• extinction;
  • density dependence;
  • environmental stochasticity;
  • genetic variation;
  • inbreeding–stress interaction;
  • population dynamics;
  • wolf spiders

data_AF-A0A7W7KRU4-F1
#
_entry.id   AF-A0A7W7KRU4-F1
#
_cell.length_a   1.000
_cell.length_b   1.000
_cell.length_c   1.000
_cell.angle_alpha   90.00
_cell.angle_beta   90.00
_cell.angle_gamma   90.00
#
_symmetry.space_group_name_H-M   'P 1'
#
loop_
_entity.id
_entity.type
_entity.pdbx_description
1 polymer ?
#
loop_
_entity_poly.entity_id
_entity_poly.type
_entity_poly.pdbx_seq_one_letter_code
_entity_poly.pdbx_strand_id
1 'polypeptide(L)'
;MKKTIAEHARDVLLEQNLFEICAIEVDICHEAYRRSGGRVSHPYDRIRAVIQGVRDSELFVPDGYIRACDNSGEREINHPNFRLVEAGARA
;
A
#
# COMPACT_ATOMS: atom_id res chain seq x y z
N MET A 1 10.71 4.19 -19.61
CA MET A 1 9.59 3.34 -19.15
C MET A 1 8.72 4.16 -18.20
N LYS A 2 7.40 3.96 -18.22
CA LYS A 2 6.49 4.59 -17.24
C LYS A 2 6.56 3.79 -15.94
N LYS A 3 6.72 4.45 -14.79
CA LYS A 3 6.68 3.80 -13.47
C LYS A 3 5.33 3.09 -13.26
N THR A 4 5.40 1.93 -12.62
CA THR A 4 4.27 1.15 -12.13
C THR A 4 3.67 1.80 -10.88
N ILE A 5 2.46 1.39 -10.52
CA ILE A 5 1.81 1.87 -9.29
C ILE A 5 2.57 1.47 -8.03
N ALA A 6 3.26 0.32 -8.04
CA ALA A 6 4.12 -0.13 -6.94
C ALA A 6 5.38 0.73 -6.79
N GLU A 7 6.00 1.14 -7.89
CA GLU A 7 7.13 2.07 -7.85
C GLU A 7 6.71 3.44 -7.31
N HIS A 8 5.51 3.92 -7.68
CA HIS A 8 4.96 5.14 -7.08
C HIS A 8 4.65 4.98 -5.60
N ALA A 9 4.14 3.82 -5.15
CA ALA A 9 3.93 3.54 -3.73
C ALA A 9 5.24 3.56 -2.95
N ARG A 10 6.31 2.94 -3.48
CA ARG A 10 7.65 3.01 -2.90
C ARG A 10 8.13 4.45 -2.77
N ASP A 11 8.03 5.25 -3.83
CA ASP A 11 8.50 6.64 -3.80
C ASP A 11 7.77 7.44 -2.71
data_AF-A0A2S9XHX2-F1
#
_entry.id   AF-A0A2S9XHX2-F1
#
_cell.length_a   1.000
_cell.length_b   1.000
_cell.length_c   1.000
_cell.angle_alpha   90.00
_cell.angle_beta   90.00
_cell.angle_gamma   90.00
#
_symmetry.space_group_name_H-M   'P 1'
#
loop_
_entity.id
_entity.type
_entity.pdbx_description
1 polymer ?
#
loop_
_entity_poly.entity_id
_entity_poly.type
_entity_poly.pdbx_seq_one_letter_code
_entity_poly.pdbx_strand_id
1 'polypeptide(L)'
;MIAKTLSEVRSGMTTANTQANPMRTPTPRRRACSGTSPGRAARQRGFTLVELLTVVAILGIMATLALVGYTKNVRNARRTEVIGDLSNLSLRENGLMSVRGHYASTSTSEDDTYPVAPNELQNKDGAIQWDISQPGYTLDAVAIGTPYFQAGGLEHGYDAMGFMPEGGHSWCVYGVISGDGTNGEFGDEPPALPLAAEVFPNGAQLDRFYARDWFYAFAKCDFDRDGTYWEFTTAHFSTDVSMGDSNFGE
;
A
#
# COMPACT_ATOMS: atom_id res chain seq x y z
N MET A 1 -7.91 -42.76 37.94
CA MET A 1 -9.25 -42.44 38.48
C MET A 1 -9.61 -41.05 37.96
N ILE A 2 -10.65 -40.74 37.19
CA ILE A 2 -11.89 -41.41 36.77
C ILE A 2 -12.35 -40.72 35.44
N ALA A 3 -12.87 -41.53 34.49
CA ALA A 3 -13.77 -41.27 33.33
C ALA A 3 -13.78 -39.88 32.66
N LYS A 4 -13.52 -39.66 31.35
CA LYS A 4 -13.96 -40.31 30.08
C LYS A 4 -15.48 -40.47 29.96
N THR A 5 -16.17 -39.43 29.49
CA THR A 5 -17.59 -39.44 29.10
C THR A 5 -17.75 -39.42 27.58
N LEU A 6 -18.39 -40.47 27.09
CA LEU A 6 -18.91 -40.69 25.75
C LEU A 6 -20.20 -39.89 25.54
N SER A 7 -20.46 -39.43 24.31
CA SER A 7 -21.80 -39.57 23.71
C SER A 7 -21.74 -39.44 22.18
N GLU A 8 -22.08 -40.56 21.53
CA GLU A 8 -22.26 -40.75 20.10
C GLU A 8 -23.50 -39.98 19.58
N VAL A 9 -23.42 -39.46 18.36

Ample evidence exists that an increase in the inbreeding level of a population reduces the value of fitness components such as fecundity and survival. It does not follow, however, that these decreases in the components of fitness impact population dynamics in a way that increases extinction risk, because virtually all species produce far more offspring than can actually survive. We analyzed the effects of the genetic quality (mean fitness) of individuals on the population growth rate of seven natural populations in each of two species of wolf spider in the genus Rabidosa, statistically controlling for environmental factors. We show that populations of different sizes, and different inbreeding levels, differ in population dynamics for both species. Differences in population growth rates are especially pronounced during stressful environmental conditions (low food availability) and the stressful environment affects smaller populations (<500 individuals) disproportionately. Thus, even in an invertebrate with an extremely high potential growth rate and strong density-dependent mortality rates, genetic factors contribute directly to population dynamics and, therefore, to extinction risk. This is only the second study to demonstrate an impact of the genetic quality of individual genotypes on population dynamics in a wild population and the first to document strong inbreeding–environment interactions for fitness among populations. Endangered species typically exist at sizes of a few hundred individuals and human activities degrade habitats making them innately more stressful (e.g. global climate change). Therefore, the interaction between genetic factors and environmental stress has important implications for efforts aimed at conserving the Earth's biodiversity.